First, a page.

-- The time in seconds for the program to wait for a mail server's response (default 60)
options.timeout = 120
-- According to the IMAP specification, when trying to write a message to a 
-- non-existent mailbox, the server must send a hint to the client, 
-- whether it should create the mailbox and try again or not. 
-- However some IMAP servers don't follow the specification and don't 
-- send the correct response code to the client. 
-- By enabling this option the client tries to create the mailbox,
-- despite of the server's response. 
options.create = true
-- By enabling this option new mailboxes that were automatically created,
-- get also subscribed; they are set active in order for IMAP clients to recognize them
options.subscribe = true
-- Normally, messages are marked for deletion and are actually 
-- deleted when the mailbox is closed. When this option is enabled,
-- messages are expunged immediately after being marked deleted.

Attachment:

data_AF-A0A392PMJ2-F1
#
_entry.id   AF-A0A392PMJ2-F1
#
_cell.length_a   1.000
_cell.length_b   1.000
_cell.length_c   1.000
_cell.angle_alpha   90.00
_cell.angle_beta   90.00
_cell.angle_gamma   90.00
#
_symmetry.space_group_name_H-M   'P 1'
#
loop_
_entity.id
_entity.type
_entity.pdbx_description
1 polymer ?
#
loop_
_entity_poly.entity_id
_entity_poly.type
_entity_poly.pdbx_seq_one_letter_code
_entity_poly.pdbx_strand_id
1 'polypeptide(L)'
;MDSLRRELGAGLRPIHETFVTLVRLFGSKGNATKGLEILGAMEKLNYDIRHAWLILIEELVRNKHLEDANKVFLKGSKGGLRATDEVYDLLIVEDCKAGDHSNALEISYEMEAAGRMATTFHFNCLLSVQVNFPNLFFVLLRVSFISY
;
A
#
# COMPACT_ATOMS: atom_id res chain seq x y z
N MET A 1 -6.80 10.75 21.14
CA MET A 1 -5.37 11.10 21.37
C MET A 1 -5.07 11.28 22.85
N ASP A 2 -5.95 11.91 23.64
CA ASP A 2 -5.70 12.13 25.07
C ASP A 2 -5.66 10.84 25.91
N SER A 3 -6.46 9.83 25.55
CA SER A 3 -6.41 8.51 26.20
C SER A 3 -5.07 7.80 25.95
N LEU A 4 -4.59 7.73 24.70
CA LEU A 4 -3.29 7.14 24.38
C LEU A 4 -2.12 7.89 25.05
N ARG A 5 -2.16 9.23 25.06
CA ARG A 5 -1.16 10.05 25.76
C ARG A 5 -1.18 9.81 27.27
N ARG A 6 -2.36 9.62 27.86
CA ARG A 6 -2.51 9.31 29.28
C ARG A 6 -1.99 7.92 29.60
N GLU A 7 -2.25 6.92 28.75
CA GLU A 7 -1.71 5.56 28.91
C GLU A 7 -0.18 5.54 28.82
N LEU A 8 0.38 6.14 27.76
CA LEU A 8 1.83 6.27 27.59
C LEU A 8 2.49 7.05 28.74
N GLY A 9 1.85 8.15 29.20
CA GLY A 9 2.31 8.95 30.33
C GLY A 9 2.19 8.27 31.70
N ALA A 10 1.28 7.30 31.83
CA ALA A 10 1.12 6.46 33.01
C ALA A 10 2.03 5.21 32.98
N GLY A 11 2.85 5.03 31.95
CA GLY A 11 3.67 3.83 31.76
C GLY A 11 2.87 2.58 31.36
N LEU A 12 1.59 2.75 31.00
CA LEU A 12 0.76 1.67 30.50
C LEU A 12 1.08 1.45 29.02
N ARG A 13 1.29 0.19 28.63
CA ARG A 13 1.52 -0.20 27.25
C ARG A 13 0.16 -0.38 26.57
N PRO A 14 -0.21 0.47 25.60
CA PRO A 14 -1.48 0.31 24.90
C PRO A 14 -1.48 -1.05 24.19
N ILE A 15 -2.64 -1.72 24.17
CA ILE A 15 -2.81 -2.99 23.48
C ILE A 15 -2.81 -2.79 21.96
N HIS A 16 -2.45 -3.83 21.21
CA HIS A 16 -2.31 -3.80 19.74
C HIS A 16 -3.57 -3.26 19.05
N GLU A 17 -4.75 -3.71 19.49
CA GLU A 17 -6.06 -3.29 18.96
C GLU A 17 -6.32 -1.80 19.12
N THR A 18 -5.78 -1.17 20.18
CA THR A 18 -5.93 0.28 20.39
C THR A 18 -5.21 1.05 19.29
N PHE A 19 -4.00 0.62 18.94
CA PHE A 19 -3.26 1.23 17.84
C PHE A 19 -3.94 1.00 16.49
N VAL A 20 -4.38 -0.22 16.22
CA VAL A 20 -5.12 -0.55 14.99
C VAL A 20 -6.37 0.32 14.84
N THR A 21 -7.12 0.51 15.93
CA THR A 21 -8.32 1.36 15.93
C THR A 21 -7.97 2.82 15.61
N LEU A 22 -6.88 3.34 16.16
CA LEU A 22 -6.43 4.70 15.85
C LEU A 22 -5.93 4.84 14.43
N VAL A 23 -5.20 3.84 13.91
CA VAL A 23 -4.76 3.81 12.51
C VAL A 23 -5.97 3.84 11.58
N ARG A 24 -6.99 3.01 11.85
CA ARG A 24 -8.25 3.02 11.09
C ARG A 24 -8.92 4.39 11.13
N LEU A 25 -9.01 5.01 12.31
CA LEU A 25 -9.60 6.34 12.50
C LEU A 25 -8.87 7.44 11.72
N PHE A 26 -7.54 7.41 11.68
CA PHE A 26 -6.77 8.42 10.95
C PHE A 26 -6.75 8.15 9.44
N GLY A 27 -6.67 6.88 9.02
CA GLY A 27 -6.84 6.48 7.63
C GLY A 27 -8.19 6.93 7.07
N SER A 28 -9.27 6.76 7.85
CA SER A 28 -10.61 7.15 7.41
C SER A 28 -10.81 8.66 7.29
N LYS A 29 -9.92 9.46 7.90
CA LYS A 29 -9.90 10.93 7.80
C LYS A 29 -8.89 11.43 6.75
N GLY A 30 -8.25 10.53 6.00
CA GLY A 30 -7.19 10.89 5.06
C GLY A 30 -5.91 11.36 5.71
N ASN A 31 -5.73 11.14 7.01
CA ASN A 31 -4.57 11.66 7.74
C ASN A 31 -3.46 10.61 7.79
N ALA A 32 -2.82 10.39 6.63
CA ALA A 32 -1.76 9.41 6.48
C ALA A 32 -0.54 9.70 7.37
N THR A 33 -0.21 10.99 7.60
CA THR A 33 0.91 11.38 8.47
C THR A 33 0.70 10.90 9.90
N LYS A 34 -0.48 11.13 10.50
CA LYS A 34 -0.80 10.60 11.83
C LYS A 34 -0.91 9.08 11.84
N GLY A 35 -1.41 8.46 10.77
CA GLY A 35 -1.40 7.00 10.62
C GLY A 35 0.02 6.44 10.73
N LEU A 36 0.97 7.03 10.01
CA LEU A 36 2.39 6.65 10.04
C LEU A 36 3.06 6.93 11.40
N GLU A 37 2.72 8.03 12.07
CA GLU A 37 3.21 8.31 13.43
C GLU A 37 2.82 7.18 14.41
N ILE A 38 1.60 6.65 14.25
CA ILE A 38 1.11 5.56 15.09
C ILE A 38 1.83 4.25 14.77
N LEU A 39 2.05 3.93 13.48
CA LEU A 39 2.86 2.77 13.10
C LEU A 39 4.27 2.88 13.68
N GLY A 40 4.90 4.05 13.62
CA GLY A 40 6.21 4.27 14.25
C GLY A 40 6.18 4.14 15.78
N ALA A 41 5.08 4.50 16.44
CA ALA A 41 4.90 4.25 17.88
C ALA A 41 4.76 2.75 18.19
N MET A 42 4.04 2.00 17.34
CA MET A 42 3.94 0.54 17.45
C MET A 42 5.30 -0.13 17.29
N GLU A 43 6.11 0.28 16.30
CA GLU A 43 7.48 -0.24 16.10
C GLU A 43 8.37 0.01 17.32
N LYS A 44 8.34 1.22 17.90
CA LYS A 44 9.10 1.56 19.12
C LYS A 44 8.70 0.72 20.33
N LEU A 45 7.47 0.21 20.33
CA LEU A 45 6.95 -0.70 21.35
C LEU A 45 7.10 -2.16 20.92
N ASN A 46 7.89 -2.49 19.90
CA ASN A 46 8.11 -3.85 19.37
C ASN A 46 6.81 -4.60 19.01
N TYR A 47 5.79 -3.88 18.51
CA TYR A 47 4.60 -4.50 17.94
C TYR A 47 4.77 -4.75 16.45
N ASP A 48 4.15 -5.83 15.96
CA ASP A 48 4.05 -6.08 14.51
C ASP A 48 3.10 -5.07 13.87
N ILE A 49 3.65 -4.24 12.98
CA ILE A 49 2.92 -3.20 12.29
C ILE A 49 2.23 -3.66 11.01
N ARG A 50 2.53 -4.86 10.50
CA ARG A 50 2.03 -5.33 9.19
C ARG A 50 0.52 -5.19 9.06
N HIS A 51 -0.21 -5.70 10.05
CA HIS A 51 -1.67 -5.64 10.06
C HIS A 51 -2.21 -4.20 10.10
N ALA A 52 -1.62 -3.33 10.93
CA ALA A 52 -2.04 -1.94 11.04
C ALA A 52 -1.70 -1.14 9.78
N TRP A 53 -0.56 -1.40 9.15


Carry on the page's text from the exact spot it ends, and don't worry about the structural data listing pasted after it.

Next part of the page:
options.expunge = true

-- server configuration settings
workserver = IMAP {
  server = "new-work-server.com",
  username = "daniel",
  password = "hunter2",
  port = 993,
  ssl = "tls1"
}

-- rules for mails regarding CHASE workshop
-- Either the subject contains "chase", or the
-- to: field contains "chaseresearch.org" or "chase2016"
chase = (
    workserver.INBOX:contain_subject("chase") +
    workserver.INBOX:contain_to("chaseresearch.org") +
    workserver.INBOX:contain_to("chase2016")
)
-- move the messages identified by the rule into the CHASE folder
chase:move_messages(workserver.CHASE)

-- rules for mails regarding JORS journal
-- Either the subject contains "JORS", or the
-- mail text contains "JORS", or the mail comes
-- from a domain associated to JORS
jors = (
    workserver.INBOX:contain_subject("JORS") + 
    workserver.INBOX:contain_body("JORS") +
    workserver.INBOX:contain_from("software.ac.uk") +
    workserver.INBOX:contain_from("ubiquitypress.com")
)
-- move the messages identified by the rule into the EDITORIAL folder
jors:move_messages(workserver.EDITORIAL)

-- move those e-mails related to call for papers to a CFP folder
cfp = (
    workserver.INBOX:contain_subject("AISWorld") +
    workserver.INBOX:contain_subject("SEworld") +
    workserver.INBOX:contain_subject("CFP") +
    workserver.INBOX:contain_subject("Call for papers")
)
cfp:move_messages(workserver.CFP)

-- handle the tons of mails from ACM and IEEE unless they
-- mention a conference I am often associated with (note the -)
societies = (
    workserver.INBOX:contain_to("acm.org") +